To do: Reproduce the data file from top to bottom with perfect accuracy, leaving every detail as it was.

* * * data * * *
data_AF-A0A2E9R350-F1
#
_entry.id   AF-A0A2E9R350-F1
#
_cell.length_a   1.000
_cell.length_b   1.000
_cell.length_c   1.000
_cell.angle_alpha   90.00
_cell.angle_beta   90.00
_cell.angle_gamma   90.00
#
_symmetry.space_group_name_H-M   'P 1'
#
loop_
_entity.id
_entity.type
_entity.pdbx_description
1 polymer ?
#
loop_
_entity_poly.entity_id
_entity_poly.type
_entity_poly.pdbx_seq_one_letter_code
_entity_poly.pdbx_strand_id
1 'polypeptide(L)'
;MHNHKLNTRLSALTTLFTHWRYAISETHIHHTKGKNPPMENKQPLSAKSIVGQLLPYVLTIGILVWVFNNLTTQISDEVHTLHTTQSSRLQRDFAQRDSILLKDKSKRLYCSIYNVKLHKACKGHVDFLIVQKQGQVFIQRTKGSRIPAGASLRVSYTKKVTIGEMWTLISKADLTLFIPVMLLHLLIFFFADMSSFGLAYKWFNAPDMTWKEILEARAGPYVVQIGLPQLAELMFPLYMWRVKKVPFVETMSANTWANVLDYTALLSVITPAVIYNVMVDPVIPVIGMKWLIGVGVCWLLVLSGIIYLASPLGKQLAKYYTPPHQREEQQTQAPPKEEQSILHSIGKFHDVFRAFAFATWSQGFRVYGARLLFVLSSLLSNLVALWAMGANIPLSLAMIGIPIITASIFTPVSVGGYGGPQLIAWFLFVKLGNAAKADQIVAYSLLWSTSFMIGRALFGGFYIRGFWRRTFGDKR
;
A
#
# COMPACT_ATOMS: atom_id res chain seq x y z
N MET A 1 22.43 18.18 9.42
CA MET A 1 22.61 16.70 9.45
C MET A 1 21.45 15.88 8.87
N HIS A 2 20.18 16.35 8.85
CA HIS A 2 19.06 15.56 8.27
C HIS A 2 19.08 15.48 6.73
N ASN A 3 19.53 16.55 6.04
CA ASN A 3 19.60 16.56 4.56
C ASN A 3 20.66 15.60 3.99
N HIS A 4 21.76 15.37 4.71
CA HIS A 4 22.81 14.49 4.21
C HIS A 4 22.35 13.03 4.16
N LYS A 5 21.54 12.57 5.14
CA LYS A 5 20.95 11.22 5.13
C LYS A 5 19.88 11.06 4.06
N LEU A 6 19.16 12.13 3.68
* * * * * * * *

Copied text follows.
data_AF-A0A2E9R350-F1
#
_entry.id   AF-A0A2E9R350-F1
#
_cell.length_a   1.000
_cell.length_b   1.000
_cell.length_c   1.000
_cell.angle_alpha   90.00
_cell.angle_beta   90.00
_cell.angle_gamma   90.00
#
_symmetry.space_group_name_H-M   'P 1'
#
loop_
_entity.id
_entity.type
_entity.pdbx_description
1 polymer ?
#
loop_
_entity_poly.entity_id
_entity_poly.type
_entity_poly.pdbx_seq_one_letter_code
_entity_poly.pdbx_strand_id
1 'polypeptide(L)'
;MHNHKLNTRLSALTTLFTHWRYAISETHIHHTKGKNPPMENKQPLSAKSIVGQLLPYVLTIGILVWVFNNLTTQISDEVHTLHTTQSSRLQRDFAQRDSILLKDKSKRLYCSIYNVKLHKACKGHVDFLIVQKQGQVFIQRTKGSRIPAGASLRVSYTKKVTIGEMWTLISKADLTLFIPVMLLHLLIFFFADMSSFGLAYKWFNAPDMTWKEILEARAGPYVVQIGLPQLAELMFPLYMWRVKKVPFVETMSANTWANVLDYTALLSVITPAVIYNVMVDPVIPVIGMKWLIGVGVCWLLVLSGIIYLASPLGKQLAKYYTPPHQREEQQTQAPPKEEQSILHSIGKFHDVFRAFAFATWSQGFRVYGARLLFVLSSLLSNLVALWAMGANIPLSLAMIGIPIITASIFTPVSVGGYGGPQLIAWFLFVKLGNAAKADQIVAYSLLWSTSFMIGRALFGGFYIRGFWRRTFGDKR
;
A
#
# COMPACT_ATOMS: atom_id res chain seq x y z
N MET A 1 22.43 18.18 9.42
CA MET A 1 22.61 16.70 9.45
C MET A 1 21.45 15.88 8.87
N HIS A 2 20.18 16.35 8.85
CA HIS A 2 19.06 15.56 8.27
C HIS A 2 19.08 15.48 6.73
N ASN A 3 19.53 16.55 6.04
CA ASN A 3 19.60 16.56 4.56
C ASN A 3 20.66 15.60 3.99
N HIS A 4 21.76 15.37 4.71
CA HIS A 4 22.81 14.49 4.21
C HIS A 4 22.35 13.03 4.16
N LYS A 5 21.54 12.57 5.14
CA LYS A 5 20.95 11.22 5.13
C LYS A 5 19.88 11.06 4.06
N LEU A 6 19.16 12.13 3.68